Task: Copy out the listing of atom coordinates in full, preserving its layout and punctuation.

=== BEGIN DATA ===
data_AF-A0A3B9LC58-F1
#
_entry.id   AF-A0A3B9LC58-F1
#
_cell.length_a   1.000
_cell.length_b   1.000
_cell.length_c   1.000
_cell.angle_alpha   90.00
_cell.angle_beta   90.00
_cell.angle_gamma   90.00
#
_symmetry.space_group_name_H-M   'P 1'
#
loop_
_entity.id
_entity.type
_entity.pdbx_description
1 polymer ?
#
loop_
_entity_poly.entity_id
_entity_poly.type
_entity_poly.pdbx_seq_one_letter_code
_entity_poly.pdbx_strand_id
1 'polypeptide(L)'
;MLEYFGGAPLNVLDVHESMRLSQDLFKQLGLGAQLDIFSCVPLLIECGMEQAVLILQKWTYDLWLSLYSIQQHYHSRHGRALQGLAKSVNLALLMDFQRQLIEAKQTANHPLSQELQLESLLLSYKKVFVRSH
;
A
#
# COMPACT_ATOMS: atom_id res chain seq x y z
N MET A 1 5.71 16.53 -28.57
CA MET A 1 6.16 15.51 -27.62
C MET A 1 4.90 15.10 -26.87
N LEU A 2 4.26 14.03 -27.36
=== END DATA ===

data_AF-A0A3B9LC58-F1
#
_entry.id   AF-A0A3B9LC58-F1
#
_cell.length_a   1.000
_cell.length_b   1.000
_cell.length_c   1.000
_cell.angle_alpha   90.00
_cell.angle_beta   90.00
_cell.angle_gamma   90.00
#
_symmetry.space_group_name_H-M   'P 1'
#
loop_
_entity.id
_entity.type
_entity.pdbx_description
1 polymer ?
#
loop_
_entity_poly.entity_id
_entity_poly.type
_entity_poly.pdbx_seq_one_letter_code
_entity_poly.pdbx_strand_id
1 'polypeptide(L)'
;MLEYFGGAPLNVLDVHESMRLSQDLFKQLGLGAQLDIFSCVPLLIECGMEQAVLILQKWTYDLWLSLYSIQQHYHSRHGRALQGLAKSVNLALLMDFQRQLIEAKQTANHPLSQELQLESLLLSYKKVFVRSH
;
A
#
# COMPACT_ATOMS: atom_id res chain seq x y z
N MET A 1 5.71 16.53 -28.57
CA MET A 1 6.16 15.51 -27.62
C MET A 1 4.90 15.10 -26.87
N LEU A 2 4.26 14.03 -27.36